May 23, 2010

Kerak Telor, Pasar Ikan, & Batavia Punch Story

I've been living in Jakarta ever since I was born, that means been here for almost a quarter century *not going to be 25 till July*. Therefore in order to celebrate my existence in this place called home, I'm determined to explore every inch of this
So I've been here and there before, parts of it were featured in my "saving our heritage" stories. Anyway, decided to get in touch with the Betawi (Jakarta native) culture, and the best place to do it would be to visit a genuine Kampung Betawi (Betawi Village). One of it that has been well managed would be a Kampung Betawi located at the side of Setu Babakan (a reservoir). You can reached this village from the Moh Kafi 2 Street, Jagakarsa. And when you see this gate like the ones on the right picture, do not hesitate to head that way. You'll be passing a classic-modern betawi village. Most of the houses still retain the betawi architecture, although some mix and match it with the modern architecture. When you think you got a little bit lost inside the village, don't worry, the resident already know where you are heading. hehe.. You don't even have to ask for direction, just put on a confuse face, they'll automatically point the road to the Setu.
What you'll find here? Well, there are some water activities you can do, such as fishing, canoeing, or paddling the duck boat. They also have a mini plots where they have three to four betawi model homes. And you can take picture there. In it was also a mini stage, where they perform traditional arts such as kromong, tanjidor, lenong, and jaipong. Unfortunately they only do it on Sundays, that's what the caretaker informed us when we asked what show they'll have that day. But what I love most at Setu Babakan is sitting on the side of the lake and eat traditional foods. You name it, they got it. There's kerak telor *yes,, we just discovered the best kerak telor we ever taste, it's served fresh from the fire, but not too hot to eat, it's not too thick, burnt but not hard*, serabi, Bir pletok, dodol betawi, roti buaya, and many more.Then we played soap bubbles just like what we did way back when we were kids. The entrance fee to this site is really cheap. I only got to pay 3000 IDR, that is basically a ticket for bringing in a car *because the caretaker did not count how many people in the car*, and about 2500 IDR for parking.
Next stop was the Maritime Museum. Way back when before we were businessman, lawyers, and doctors, Indonesians were known as farmers and most of all sailors. There was a song I've known since kindergarten.
Nenek moyangku seorang pelaut Gemar mengarung luas samudera Menerjang ombak tiada takut Menempuh badai sudah biasa Angin bertiup layar terkembang Ombak berdebur di tepi pantai Pemuda berani bangkit bersama Ke laut kita berama-ramai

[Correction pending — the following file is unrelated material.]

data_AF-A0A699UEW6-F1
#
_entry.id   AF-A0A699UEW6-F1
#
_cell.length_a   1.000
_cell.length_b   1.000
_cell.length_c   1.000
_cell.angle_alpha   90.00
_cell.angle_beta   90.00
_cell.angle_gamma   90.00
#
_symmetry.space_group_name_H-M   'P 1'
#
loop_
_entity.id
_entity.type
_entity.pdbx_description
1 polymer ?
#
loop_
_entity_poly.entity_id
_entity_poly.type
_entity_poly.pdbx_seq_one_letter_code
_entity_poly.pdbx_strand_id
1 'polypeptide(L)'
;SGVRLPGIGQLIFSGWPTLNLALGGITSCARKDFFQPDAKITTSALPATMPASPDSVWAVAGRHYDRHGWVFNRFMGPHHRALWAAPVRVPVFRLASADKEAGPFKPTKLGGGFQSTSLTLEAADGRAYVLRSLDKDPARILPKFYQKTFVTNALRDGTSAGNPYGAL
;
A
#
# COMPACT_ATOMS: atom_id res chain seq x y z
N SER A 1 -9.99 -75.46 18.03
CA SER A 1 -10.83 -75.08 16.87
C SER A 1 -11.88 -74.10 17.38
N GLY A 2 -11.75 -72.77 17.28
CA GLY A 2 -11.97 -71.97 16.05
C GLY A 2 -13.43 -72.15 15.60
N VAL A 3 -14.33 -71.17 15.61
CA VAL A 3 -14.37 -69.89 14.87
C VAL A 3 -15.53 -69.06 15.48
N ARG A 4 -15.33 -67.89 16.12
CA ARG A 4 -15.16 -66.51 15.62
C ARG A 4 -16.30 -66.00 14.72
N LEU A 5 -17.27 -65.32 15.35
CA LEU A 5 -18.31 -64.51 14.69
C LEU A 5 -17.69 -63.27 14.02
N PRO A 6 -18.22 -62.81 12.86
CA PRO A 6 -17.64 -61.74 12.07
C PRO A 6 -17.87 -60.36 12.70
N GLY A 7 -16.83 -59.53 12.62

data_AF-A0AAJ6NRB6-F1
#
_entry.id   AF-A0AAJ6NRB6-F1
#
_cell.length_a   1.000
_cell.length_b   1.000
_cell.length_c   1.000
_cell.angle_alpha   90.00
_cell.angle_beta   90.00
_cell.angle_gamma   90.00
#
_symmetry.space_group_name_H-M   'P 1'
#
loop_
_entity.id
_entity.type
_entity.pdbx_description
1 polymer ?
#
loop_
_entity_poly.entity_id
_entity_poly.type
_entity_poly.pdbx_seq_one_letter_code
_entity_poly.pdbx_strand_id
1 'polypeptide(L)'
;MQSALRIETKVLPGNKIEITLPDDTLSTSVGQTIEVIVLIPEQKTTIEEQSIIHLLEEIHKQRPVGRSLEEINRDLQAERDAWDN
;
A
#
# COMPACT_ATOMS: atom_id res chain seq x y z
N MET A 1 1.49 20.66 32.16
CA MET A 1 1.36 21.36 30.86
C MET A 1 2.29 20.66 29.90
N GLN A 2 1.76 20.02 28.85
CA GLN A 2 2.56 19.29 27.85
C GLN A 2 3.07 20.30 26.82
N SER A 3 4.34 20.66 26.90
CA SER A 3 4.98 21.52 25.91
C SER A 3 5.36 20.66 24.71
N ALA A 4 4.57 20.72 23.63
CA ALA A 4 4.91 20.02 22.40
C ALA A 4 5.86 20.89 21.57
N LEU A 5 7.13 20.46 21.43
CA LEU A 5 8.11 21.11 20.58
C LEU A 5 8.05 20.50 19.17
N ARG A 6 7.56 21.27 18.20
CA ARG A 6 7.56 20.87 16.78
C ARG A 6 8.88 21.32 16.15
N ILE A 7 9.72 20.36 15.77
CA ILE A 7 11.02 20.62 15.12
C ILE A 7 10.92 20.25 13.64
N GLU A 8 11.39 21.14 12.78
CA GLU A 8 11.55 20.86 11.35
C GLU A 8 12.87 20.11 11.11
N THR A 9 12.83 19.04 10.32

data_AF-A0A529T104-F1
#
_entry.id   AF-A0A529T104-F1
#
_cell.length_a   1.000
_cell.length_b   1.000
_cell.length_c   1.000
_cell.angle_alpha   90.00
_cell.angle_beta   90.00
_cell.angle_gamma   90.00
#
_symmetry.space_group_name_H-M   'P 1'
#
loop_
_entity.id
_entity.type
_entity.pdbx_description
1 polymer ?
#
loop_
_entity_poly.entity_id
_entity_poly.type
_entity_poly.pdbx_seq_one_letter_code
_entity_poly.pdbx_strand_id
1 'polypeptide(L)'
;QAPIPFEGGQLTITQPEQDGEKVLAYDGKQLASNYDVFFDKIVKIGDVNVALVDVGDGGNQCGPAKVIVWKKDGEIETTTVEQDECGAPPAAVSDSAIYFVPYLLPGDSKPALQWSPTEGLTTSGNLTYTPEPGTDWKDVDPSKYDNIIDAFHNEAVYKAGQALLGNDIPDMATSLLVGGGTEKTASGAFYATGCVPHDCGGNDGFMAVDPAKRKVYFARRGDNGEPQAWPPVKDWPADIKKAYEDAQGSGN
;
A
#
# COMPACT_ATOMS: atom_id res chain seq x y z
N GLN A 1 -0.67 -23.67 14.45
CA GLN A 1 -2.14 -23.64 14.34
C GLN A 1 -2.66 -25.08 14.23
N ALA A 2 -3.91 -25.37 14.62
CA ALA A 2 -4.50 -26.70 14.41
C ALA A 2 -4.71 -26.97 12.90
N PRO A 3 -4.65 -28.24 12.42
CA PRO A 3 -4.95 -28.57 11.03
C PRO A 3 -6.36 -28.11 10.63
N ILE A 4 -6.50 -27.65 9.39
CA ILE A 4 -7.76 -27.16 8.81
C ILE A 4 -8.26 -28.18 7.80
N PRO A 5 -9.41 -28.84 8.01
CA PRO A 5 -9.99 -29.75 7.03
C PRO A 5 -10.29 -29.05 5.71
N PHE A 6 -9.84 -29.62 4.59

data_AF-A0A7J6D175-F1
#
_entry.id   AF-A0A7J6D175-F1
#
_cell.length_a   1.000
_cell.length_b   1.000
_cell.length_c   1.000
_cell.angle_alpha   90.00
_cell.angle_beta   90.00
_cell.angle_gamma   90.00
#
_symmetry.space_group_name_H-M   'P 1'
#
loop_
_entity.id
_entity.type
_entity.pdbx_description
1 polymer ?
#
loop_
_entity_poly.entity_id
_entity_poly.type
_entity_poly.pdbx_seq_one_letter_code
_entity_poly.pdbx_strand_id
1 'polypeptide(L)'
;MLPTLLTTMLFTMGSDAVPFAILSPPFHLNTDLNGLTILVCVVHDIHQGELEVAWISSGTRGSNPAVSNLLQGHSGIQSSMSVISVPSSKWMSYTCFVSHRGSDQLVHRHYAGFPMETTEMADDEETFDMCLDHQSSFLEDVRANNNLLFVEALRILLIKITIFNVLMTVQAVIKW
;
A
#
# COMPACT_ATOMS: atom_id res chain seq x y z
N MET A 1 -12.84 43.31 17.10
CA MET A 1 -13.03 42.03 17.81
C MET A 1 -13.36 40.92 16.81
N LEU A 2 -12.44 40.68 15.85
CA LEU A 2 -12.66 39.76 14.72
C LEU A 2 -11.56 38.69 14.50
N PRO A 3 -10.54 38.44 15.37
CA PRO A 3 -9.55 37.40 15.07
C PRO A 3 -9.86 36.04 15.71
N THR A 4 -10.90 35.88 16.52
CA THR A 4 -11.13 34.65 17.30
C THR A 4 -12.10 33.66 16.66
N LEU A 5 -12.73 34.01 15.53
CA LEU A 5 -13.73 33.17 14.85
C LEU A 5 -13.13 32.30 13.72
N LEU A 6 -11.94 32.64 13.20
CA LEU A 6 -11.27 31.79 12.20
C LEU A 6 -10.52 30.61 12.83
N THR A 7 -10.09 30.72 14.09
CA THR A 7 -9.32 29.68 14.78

A song about our ancestors who were sailors. And which place would be better to get in touch with our inner sailorman rather than to visit a maritime museum located at Jl. Pasar Ikan, North Jakarta, Sunda Kelapa. A port that used to be the window of the world. With a 2000 IDR ticket, you can visit two places, the maritime museum and the Syah Bandar Tower. I like going to places like these, although I may not remember all the details about our maritime history, but it was fun to look at ancient buildings. If walls could talk, there would be more stories to tell.
So we closed the evening by visiting the recently happening ancient landmark in Jakarta, the Fatahillah Square. I remembered going here about 12 years ago *back then I was still in middle school, just got back from MYA, and my family thought it would be fun to visit the Fatahillah Museum*. And you know what, 12 years ago.. this place was STRANDED!! Nobody even cares to visit this place. Nowadays, thanks to this historical community, Fatahillah Square is more like an open public space. There were tons of small cook shops, cafes, and everything. You can find lots of vendors selling es potong/es lilin. There's a group of reog *you know like gypsian* that do a Kuda Lumping show every hour. If you'd like to explore the sceneries around this square you can always rent an onthel bike, complete with the nonik-and-sinyo** hat. And if you're tired, you can rest at the Batavia Cafe, it's a bit pricey but very cozy. I love how they design the interior, plus they have a good&friendly performers that sing old school songs *I mean real old school like from the 50s or 60s*

**this is how they used to call a boy or a girl, that comes from the indo-deutsch heredity.

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